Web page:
Of course, the demolition of these buildings without replacement is just another demolition in a long line of similar demolitions in downtown San Diego, which have been allowed in the course of “redevelopment.” As I walk through downtown San Diego and compare it to the 1990s, I’m amazed at how much of it has been demolished without replacement structures. Our downtown, especially the Eastern half, is pock-marked with large expanses of formerly developed now barren land. Though I can’t say for certain, I believe that there may be less ground coverage now than there was in the 90s. There is a surprising lack of progress in the urban feeling of much of downtown. On the one hand, there are large new buildings, as well as more residents and more visitors to downtown. Most importantly, there are more people on the streets. On the other hand, there appear to be more gaps between buildings, less variety among buildings and uses, and much more surface parking downtown than ever before. There are other losses too. Up until the mid-90s, there was still a remnant living China Town, now the purely thematic “Asian Pacific Thematic District.” Additional diminished uses and populations include live-work artists, mom & pop cobbler businesses, the produce district, light industrial uses, the permanent farmer’s market, and many others. As I walk around downtown, I fear the redevelopment efforts of the last two decades, and much of the building boom of the last decade, have been squandered by an equal amount of demolition for surface parking. While some may respond that these parts of downtown are a work in progress, I say that they didn’t have to go so far backward to move forward. In fact doing so makes downtown less attractive to both current and prospective inhabitants, whether they be residents, businesses, or investors.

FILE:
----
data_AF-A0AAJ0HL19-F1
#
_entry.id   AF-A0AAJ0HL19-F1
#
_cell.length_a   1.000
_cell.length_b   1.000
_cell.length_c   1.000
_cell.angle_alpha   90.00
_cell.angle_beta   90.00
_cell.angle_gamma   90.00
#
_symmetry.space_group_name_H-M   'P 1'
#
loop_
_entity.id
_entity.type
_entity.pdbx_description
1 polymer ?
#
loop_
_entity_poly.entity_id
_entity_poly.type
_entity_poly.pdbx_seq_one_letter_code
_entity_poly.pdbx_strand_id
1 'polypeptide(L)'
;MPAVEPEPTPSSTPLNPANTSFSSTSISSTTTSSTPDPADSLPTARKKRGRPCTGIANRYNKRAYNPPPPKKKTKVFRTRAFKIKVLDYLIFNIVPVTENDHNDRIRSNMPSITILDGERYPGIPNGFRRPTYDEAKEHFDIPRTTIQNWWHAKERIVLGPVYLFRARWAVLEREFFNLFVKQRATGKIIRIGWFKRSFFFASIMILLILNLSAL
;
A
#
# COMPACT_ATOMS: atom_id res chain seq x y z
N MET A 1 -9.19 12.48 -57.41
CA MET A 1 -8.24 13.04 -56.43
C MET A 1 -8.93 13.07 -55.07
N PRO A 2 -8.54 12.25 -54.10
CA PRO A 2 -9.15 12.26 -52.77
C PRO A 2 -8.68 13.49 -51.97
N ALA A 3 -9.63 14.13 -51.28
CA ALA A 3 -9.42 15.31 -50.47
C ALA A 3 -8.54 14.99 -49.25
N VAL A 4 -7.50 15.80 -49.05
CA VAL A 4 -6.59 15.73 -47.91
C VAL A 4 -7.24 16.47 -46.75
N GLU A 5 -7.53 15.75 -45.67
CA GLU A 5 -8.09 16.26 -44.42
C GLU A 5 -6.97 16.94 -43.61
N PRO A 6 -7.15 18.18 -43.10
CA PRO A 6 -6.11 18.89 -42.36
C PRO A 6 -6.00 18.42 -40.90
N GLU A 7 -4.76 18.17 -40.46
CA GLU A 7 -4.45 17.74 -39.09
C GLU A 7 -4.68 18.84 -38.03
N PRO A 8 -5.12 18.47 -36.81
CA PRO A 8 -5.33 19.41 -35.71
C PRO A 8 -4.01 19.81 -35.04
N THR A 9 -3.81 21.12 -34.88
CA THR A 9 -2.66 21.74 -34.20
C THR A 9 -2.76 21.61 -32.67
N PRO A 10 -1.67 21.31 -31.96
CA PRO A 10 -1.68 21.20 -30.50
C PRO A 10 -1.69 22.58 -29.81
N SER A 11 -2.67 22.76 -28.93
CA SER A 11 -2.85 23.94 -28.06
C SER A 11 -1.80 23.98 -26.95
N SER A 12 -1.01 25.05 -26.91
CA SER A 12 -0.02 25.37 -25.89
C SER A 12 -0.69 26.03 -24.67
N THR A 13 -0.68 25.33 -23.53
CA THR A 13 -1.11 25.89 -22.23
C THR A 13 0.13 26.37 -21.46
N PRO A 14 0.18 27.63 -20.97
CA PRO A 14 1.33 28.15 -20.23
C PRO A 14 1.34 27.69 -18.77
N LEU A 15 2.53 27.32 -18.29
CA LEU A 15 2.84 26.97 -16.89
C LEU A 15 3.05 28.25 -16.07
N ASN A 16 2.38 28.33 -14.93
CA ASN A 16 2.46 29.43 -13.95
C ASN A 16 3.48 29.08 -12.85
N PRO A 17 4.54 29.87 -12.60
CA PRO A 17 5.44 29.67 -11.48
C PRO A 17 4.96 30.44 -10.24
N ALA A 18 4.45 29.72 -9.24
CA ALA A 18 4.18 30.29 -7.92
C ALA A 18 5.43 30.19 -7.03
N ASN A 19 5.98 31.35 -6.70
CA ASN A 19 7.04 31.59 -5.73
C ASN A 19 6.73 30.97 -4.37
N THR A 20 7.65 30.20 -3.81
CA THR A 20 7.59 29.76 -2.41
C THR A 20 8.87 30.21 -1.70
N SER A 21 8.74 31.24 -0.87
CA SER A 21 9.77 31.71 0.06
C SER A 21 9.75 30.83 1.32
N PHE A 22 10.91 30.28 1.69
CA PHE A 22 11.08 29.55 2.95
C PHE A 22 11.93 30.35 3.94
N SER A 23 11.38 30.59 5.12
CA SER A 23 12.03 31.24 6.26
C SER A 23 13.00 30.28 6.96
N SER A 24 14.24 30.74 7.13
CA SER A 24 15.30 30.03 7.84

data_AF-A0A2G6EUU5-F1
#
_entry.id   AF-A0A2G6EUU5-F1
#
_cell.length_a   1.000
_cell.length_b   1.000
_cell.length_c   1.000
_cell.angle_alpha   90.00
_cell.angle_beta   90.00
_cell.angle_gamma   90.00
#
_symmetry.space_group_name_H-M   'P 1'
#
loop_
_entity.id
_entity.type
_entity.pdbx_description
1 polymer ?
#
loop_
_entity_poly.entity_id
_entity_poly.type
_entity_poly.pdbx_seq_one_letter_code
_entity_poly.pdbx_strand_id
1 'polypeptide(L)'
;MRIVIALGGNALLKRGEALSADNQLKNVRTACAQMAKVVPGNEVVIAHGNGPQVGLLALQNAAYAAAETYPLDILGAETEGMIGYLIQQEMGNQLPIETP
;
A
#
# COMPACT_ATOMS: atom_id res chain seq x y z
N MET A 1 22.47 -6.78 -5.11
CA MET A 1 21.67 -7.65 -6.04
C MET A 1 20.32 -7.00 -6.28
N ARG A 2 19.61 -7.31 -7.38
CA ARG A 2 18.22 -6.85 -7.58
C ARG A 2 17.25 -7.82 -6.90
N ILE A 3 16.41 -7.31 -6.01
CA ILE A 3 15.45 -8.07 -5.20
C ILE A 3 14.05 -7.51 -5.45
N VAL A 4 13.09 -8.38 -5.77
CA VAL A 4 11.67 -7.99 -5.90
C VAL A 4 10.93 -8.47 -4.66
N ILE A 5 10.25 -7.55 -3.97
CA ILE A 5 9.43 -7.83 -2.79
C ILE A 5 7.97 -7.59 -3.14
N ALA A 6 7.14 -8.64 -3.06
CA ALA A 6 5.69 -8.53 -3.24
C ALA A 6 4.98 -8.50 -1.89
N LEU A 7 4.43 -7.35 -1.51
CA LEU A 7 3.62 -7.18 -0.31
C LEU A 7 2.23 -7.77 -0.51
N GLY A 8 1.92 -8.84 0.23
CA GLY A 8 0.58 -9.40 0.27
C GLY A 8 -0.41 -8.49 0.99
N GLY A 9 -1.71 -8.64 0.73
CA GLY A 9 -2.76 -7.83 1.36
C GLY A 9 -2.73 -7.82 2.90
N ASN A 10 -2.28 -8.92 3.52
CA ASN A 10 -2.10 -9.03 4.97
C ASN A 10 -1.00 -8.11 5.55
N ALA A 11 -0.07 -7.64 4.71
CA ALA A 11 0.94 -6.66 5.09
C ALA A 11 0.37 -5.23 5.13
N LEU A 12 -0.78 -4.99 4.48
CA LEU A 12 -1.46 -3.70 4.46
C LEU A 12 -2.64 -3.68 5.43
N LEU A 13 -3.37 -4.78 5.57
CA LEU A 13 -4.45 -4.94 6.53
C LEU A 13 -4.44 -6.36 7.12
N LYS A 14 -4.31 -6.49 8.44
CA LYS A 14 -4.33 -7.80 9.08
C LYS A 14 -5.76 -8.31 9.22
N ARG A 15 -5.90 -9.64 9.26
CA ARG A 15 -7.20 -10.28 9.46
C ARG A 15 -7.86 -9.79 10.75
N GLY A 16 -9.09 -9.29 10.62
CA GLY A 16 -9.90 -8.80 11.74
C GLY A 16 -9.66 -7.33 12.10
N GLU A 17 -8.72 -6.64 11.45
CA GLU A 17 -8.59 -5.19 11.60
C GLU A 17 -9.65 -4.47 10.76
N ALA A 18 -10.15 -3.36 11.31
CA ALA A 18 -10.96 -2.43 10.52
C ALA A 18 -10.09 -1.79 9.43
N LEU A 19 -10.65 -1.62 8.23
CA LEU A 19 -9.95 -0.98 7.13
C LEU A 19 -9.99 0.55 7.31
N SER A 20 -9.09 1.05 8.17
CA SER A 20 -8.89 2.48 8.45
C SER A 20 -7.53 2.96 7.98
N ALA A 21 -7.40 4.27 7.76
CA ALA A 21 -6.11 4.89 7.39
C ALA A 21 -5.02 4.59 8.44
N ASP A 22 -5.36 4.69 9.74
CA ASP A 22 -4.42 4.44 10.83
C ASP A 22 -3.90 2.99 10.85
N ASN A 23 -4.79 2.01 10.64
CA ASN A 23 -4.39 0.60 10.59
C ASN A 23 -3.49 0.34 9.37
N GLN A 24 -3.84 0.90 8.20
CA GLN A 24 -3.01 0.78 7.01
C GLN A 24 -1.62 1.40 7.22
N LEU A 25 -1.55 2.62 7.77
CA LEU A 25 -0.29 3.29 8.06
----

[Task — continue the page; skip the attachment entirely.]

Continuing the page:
I was speaking the other day with a representative from a downtown commercial leasing concern regarding the lagging commercial office occupancy rate in downtown compared to suburban Carmel Valley. She observed that many of the prospective tenants for downtown are internet or tech businesses which are looking for “funky space” (old brick warehouses, quonset roof warehouses, and other adaptive reuse space) rather than traditional office space. These are high growth businesses with younger bike-walk-transit friendly employees looking for an urban lifestyle. Unfortunately, much of such “funky space” has been demolished in the last decade. Its ironic that a large percentage of former “funky space” now exists as mere asphalt for the suburbanites who prefer the sprawl of Carmel Valley.
Redevelopment’s Zero Sum Record
I often wonder whether San Diego’s much praised Centre City Redevelopment Project was a net benefit or detriment. Most of the construction occurred during a national building boom that had more to do with easy financing than it did with tax increment investment. Additionally, downtown benefited from nationwide renewed interest in urban living. On the other hand, the Redevelopment Project was useful in expediting and lowering the cost of entitlements, as well as funding public improvements that made development more attractive. The staff of the Redevelopment Project were / are talented, expert, and sincere individuals who worked tirelessly to create a vibrant urban core. Redevelopment staff also spent countless hours assisting community group planning efforts.